Review: Stutterpop (Sam Brooks)

February 12, 2015 in General

Sam BrooksStutterpop is a strange, yet compelling combination of stuttering and pop. Think “The King’s Speech” crossed with Nicki Minaj. It may sound bizarre, but that’s the point.

Last night was the performing debut of award-winning playwright Sam Brooks, who’s had a stutter his whole life. Rather than hiding his flaws, Sam’s chosen instead to embrace and incorporate them as part of his range of talents.

The result was like nothing I’ve ever seen before. Sam stuttered his way through several stories from his past – possibly the slowest story telling I’ve ever listened to. Sam usually only got out a few words between each round of stuttering, leaving the audience hanging on for the punch lines. They weren’t disappointed.

Stutterpop was scheduled to run for 45 minutes, but ended up being around an hour and a half. The audience was warned beforehand that the show could go overtime – stuttering’s not something over which a performer has any control.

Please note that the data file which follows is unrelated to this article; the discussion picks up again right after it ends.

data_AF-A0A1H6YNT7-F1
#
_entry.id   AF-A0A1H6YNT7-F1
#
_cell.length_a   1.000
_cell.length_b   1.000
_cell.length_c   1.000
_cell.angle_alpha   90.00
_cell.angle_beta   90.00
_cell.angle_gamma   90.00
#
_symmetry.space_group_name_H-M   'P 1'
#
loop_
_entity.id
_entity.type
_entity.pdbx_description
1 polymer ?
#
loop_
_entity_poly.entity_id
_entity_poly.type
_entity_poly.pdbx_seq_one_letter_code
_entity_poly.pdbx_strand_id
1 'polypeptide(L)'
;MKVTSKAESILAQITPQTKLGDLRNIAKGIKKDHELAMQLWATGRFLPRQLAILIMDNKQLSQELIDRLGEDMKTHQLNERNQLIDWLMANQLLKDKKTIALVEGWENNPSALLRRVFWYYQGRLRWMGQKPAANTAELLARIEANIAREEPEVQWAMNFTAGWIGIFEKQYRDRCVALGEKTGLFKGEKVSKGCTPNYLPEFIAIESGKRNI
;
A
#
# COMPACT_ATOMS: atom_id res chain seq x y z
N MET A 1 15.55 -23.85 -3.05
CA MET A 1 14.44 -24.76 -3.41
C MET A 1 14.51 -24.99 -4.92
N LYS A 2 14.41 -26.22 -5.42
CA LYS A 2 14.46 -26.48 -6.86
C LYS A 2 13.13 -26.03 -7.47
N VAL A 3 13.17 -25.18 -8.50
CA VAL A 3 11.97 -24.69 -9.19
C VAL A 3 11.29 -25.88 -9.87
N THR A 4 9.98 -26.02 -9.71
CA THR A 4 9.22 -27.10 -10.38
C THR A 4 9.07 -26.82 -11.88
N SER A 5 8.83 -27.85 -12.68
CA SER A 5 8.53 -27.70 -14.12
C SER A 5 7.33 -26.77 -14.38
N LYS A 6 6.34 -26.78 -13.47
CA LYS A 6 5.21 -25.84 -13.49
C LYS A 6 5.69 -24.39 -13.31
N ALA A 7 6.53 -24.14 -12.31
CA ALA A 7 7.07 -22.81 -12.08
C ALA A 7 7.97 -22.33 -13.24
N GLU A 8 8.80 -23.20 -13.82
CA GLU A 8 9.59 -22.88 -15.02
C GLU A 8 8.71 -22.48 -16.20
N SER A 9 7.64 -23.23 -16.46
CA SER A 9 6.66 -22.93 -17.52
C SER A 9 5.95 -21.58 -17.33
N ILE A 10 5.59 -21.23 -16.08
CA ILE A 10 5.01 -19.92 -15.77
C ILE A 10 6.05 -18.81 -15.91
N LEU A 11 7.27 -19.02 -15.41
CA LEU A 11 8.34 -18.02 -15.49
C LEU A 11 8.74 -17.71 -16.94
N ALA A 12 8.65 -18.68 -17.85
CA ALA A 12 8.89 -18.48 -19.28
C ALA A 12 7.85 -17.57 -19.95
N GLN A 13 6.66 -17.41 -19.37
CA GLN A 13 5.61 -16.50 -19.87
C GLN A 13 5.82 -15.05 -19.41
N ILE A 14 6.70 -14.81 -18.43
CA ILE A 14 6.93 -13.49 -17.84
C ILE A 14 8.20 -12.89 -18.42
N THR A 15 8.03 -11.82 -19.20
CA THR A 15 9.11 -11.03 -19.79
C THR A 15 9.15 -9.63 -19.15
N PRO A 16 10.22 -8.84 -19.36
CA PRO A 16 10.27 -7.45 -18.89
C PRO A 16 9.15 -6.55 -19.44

Sam’s performance was raw and compelling. To explore your flaws in front of others is a nerve-wracking experience, and it felt as though he’d allowed his listeners to join him on a very personal journey. I wondered how much of his sass was natural, and how much of it was a coping mechanism for dealing with his differences.

Through it all, there was a very normal story about a gay boy growing up in New Zealand. Love, heartbreak and the futility of having feelings for an oblivious straight boy. (We’ve all been there…) Sam tells of how he’s often mistaken for someone with an mental disability, or someone who’s having a severe breakdown, but in the end it turns out he’s just an ordinary Kiwi guy.

Who happens to stutter.

Stutterpop runs at The Basement Theatre until Saturday Feb 14th.